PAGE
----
The organization, management and financing of the trafficking of persons is punished with imprisonment of from seven to fifteen years and with a fine of from four million to six million Lek.
When such offence is committed in collaboration, more than once, accompanied by maltreatment and making the victim to commit various actions through the use of physical or psychological violence, causing serious consequences to health or threatening his life, is punishable by imprisonment of no less than fifteen years.
When the crime has brought about the death of the victim as a consequence, it is punished with imprisonment of no less than twenty years or with life imprisonment, as well as with a fine of from seven million to ten million Lek.
When the criminal crime is committed through the utilization of a state function or public service, the punishment of imprisonment and the fines are increased by one fourth of the punishment given.

Article 110.b. Benefiting from or using services provided by trafficked persons
Benefiting from or using services provided by trafficked persons, or services which are the object of exploitation of trafficking, being aware that the person is trafficked, shall be punishable by two to five years of imprisonment.
When this offence is committed against a minor, it shall be punishable by three to seven years of imprisonment.

Article 110.c. Actions facilitating trafficking
Forgery, possession, or provision of identity cards, passports, visas or other travel documents, or their retaining, removal, hiding, damaging or destruction in order to enable trafficking of persons over 18 years of age shall constitute criminal offence and shall be punishable by two to five years of imprisonment.
The same offence, when committed in collaboration, more than once, or is committed by the person who has the task to issue the ID card, passport, visa, or the travel document, or has enabled trafficking of children, shall be punishable by four to eight years of imprisonment.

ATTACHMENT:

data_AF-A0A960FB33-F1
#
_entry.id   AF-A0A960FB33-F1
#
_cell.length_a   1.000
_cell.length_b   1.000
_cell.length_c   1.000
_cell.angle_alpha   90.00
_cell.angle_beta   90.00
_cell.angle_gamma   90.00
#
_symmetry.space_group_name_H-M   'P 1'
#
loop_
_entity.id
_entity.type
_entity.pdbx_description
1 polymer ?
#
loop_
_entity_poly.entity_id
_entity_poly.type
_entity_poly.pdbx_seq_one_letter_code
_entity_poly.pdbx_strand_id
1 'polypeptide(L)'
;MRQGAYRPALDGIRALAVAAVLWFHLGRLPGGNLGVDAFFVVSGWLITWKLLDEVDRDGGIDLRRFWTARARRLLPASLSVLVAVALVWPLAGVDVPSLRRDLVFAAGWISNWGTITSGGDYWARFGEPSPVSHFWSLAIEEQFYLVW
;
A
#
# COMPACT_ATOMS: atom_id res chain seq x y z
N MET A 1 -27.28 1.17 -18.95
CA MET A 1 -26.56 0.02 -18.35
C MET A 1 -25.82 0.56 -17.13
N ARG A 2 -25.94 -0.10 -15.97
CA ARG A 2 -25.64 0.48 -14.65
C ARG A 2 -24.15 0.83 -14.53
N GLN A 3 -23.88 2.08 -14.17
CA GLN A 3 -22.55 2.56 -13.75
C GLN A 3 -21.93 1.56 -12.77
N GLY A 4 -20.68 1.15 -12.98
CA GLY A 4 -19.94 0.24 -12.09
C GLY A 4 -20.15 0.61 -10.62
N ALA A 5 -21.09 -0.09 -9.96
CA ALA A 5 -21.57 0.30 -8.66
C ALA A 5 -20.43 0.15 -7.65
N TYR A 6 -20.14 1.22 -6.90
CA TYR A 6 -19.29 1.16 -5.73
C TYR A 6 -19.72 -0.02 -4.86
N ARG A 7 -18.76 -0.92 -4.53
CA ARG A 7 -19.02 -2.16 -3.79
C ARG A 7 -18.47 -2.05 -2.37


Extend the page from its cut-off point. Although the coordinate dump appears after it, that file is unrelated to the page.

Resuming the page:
The same offence, if it results in serious consequences, shall be punishable by not less than five years of imprisonment.

Article 114.a. Exploitation of prostitution with aggravated circumstances
When exploitation of prostitution is committed:

1. with minors;
2. against some persons;
3. with persons within close consanguinity, in-laws or custodial relations or by taking advantage of an official rapport;
4. with deception, coercion, violence or by taking advantage of the physical or mental incapability of the person;
5. against a person that has been forced or coerced to exercise prostitution out of the territory of the Republic of Albania;
6. It is committed with accomplices or more than once or by persons who have state and public functions/duties; is punished from seven up to fifteen years of imprisonment.

Article 114.b. Trafficking of Women
The recruitment, transport, transfer, hiding or reception of women through threat or use of force or other forms of coercion, kidnapping, fraud, abuse of office or taking advantage of social, physical or psychological condition or the giving or receipt of payments or benefits, in order to get the consent of a person who controls another person, with the purpose of exploitation of prostitution of others or other forms of sexual exploitation, forced services or work, slavery or forms similar to slavery, putting to use or transplanting organs, as well as other forms of exploitation, are punished with imprisonment of from seven to fifteen years and with a fine of from three to six million Lek.
The organization, management and financing of the trafficking of woman is punished with imprisonment of from ten to fifteen years and with a fine of from five to seven million Lek. When this crime is committed in collaboration or more than once, or is accompanied by mistreatment and making the victim commit various actions through the use of physical or psychological force, or brings serious consequences to health, it is punished with imprisonment of no less than fifteen years and with a fine of from six to eight million Lek. When the crime has brought about the death of the victim as a consequence, it is punished with imprisonment of no less than twenty years or with life imprisonment, as well as with a fine of from seven to ten million Lek.
When the criminal crime is committed through the utilization of a state function or public service, the punishment of imprisonment and the fines are increased by one fourth of the punishment given.